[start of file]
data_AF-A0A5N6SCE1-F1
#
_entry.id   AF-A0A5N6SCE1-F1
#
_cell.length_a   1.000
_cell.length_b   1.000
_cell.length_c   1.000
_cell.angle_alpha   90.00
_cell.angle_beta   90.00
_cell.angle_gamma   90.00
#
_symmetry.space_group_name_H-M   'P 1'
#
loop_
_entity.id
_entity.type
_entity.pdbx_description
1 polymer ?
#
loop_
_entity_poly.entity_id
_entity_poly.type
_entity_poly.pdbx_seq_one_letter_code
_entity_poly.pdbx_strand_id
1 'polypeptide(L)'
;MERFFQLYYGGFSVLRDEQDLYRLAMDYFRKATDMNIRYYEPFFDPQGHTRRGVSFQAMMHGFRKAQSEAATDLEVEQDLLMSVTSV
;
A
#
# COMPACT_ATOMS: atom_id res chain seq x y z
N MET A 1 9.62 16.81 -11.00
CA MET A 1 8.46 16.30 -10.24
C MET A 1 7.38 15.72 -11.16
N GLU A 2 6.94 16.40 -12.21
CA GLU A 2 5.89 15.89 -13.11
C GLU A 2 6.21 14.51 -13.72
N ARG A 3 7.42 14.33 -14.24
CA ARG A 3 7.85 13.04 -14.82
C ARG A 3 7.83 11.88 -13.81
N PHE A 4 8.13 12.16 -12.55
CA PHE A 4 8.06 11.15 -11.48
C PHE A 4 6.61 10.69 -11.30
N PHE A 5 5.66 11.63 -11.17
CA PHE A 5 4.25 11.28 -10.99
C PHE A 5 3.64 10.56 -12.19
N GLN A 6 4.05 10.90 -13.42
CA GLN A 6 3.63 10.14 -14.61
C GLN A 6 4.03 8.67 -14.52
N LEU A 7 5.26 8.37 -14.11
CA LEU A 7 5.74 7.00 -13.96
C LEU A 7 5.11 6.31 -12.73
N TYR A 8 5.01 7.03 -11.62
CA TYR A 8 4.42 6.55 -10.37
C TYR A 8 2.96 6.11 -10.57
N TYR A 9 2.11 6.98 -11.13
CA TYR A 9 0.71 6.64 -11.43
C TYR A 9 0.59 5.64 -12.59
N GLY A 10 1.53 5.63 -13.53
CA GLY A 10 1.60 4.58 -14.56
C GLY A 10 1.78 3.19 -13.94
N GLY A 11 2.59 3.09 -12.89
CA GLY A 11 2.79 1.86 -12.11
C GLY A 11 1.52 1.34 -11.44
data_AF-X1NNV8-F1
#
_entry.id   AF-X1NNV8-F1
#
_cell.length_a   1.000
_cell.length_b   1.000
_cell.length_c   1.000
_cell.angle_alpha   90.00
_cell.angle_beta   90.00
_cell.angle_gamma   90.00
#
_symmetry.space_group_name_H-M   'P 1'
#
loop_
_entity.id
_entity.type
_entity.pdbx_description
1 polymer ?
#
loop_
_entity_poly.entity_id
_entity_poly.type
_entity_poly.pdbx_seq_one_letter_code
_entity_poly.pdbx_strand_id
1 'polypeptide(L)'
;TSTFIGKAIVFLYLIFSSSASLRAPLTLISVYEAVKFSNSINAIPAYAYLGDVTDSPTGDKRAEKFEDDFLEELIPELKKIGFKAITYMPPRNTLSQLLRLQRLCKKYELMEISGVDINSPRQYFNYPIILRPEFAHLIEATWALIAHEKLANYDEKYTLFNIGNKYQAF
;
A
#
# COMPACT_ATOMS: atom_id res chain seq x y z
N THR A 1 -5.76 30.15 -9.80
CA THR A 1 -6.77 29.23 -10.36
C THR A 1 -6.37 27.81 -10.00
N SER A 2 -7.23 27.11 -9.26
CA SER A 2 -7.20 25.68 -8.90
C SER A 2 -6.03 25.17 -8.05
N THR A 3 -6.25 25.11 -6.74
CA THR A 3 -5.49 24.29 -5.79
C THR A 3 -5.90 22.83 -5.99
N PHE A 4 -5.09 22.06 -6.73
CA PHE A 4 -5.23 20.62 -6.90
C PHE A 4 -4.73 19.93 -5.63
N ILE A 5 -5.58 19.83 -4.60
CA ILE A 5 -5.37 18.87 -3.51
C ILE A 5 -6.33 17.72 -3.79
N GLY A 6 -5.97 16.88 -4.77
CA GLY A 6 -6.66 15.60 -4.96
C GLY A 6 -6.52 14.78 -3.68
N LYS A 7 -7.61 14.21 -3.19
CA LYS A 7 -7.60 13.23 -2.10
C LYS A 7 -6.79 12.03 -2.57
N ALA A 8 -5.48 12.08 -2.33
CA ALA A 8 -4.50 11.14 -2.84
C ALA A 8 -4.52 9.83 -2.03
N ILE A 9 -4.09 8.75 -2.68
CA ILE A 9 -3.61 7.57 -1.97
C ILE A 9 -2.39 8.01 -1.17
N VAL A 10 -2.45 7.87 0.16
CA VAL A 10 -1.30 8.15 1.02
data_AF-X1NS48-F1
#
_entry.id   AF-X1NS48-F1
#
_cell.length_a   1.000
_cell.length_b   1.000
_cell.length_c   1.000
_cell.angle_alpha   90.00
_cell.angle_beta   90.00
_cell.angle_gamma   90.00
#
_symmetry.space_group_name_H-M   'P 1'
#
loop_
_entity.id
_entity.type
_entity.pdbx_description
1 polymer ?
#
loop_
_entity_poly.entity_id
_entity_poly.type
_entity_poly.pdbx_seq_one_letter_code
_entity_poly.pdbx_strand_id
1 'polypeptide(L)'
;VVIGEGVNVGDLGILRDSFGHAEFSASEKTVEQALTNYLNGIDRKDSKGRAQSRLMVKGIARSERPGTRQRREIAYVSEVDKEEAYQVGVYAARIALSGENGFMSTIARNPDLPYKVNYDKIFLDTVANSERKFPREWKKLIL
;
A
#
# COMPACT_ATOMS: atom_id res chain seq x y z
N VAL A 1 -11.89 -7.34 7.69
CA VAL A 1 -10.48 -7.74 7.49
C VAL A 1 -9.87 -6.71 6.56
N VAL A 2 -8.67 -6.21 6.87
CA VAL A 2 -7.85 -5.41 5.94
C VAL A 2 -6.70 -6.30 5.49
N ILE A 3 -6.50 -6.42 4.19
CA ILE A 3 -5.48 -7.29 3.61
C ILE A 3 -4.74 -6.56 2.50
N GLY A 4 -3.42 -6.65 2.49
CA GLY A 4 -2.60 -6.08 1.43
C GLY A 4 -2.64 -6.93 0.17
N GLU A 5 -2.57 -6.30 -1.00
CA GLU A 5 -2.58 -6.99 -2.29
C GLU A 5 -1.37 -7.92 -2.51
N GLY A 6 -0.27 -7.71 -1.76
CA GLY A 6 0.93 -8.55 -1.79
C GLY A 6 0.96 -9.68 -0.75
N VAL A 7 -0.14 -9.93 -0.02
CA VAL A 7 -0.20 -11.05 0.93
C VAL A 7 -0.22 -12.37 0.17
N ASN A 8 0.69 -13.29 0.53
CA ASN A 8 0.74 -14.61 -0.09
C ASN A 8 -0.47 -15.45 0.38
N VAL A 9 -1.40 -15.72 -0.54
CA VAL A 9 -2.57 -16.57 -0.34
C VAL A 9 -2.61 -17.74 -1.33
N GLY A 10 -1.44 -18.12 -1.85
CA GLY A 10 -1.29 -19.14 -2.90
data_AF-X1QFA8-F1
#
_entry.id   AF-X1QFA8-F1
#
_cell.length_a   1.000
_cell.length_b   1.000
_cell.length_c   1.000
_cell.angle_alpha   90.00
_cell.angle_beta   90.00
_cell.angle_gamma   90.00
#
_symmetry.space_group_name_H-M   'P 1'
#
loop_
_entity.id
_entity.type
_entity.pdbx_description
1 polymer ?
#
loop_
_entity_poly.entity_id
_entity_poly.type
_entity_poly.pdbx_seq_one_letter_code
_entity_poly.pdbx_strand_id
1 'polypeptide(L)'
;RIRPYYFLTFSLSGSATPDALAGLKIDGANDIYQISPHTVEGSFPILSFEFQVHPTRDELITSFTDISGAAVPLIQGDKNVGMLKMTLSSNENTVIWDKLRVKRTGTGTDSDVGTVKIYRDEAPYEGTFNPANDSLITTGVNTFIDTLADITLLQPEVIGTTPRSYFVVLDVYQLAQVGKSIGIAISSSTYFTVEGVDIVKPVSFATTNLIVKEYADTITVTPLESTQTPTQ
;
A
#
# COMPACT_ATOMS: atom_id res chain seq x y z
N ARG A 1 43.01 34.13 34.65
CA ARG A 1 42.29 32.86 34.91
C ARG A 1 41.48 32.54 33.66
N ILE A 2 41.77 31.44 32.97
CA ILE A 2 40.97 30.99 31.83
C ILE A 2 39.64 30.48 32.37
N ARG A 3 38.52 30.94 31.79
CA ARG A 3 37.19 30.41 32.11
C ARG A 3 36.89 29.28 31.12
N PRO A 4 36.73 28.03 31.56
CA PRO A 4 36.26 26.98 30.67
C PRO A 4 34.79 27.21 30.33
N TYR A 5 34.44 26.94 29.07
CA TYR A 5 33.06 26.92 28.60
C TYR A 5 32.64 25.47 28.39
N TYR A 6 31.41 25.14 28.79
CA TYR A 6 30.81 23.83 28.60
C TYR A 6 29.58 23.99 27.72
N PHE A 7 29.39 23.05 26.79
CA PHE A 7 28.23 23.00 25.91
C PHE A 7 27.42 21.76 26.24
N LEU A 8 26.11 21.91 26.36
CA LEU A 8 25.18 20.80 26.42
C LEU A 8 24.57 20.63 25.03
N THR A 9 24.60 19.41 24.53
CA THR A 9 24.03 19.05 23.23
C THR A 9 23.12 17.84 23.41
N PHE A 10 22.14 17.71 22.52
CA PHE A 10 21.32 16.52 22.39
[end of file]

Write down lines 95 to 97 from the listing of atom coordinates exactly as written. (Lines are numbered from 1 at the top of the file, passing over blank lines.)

CA THR A 1 -6.77 29.23 -10.36
C THR A 1 -6.37 27.81 -10.00
N SER A 2 -7.23 27.11 -9.26